Fun Facts of Lent, Day Fifteen: Leviticus

During my year of reading through the entire Bible, I tried whenever possible to write bumper sticker descriptions of each book as I went. According to my notes, I described the book of Leviticus as “Let’s kill something, set it on fire, and/or make Aaron eat it.” While this may be a bit of an over-simplification, I still stand behind the thematic assessment.

Leviticus is a big book of laws, and most of them have to do with animal sacrifice, the role of the priests, and ritual cleanliness. There are also laws about sexual relations, including one in particular you may have heard of. Conservative Christians often cite Leviticus as a reason to classify homosexuality as sinful because there is a law declaring that men must not have sex with other men. Leviticus defines this act as an abomination. Sex between men is not the only abomination – the same word is used to describe shellfish. There are a number of other laws that seem equally bad in God’s eyes yet are no longer adhered to by most Christians, including a huge number of unclean animals we shouldn’t be eating (pig, camel, rock badger, hare, gecko, land crocodile, mouse, etc).

The rules about sex are mostly confined to a single chapter, and the majority of that chapter is spent defining every kind of family member you shouldn’t be having sex with, including your mother, your sister, your mother’s sister, your father’s sister, your uncle’s wife, and any mother/daughter combo whether they are related to you or not.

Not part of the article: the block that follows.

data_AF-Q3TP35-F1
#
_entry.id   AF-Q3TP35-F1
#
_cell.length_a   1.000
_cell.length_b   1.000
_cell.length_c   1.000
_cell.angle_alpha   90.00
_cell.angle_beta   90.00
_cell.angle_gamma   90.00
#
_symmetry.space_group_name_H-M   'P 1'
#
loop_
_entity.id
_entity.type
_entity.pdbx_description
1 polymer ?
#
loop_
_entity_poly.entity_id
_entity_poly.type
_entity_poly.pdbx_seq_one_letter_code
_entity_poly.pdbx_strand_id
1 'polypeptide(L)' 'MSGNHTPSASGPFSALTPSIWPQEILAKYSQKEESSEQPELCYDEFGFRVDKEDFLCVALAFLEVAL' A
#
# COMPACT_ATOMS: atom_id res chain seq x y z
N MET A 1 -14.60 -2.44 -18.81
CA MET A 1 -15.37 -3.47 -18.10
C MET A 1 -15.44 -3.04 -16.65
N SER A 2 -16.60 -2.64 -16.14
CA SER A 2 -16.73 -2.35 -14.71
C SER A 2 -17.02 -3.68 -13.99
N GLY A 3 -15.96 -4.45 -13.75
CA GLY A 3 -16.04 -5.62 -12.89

However when you consider the setting for Leviticus, a different story appears. Leviticus is supposed to take place in the desert, right in between the slavery of Egypt and the freedom of the promised land. There are rules about confining diseased people for a defined period of time, rules about rotating your crops, rules about burning uneaten meat, and a lot of rules about ritual cleanliness. When I read Leviticus, I see an isolated group of people living in the desert and trying to survive. I see a community that is likely to fall apart and die if they can’t pull together and make it through as a united unit. And in that backdrop, it makes sense to me that you need a rule about not eating meat three days after you kill the animal, as scarcity may make you feel like it’s worth the risk. And maybe you need a few laws to control and confine menstrual fluids, since no one can really wash their hands. You probably need to outlaw incest of any kind, as unrelated women might be hard to come by. And yes, you’ll probably have to demand that all men confine themselves to women, because you’ll need to maximize your number of procreating pairs if you want to produce a stable, healthy generation of babies.

We don’t live in the desert anymore. We don’t need God to tell us to throw out the bad meat, because our abundance shows us there will always be more. And we don’t need to ensure the next generation, because that generation will happen without us even trying. The desert rules that made sense in a time of scarcity need not make us feel scarce forever. Instead, the lesson to learn from Leviticus is that for humans to live together, we must have rules. We must have structure. And sometimes we have to do things that may seem unnecessary to us, but are in the best interests of the whole tribe.

However if you do encounter someone that feels these rules should still apply as written, there are a few items worth asking about. Ask how they have found a modern way to leave the edges of their field unreaped so that the poor will have something to eat. Ask if they take an entire year off every seven years as a holy sabbatical, trusting that the Lord will provide. Ask if they have loved the alien as themselves, since they were aliens in the land of Egypt. Most importantly, ask if they have ever been devoted to destruction. The God of Leviticus has very clear instructions for what to do with such people.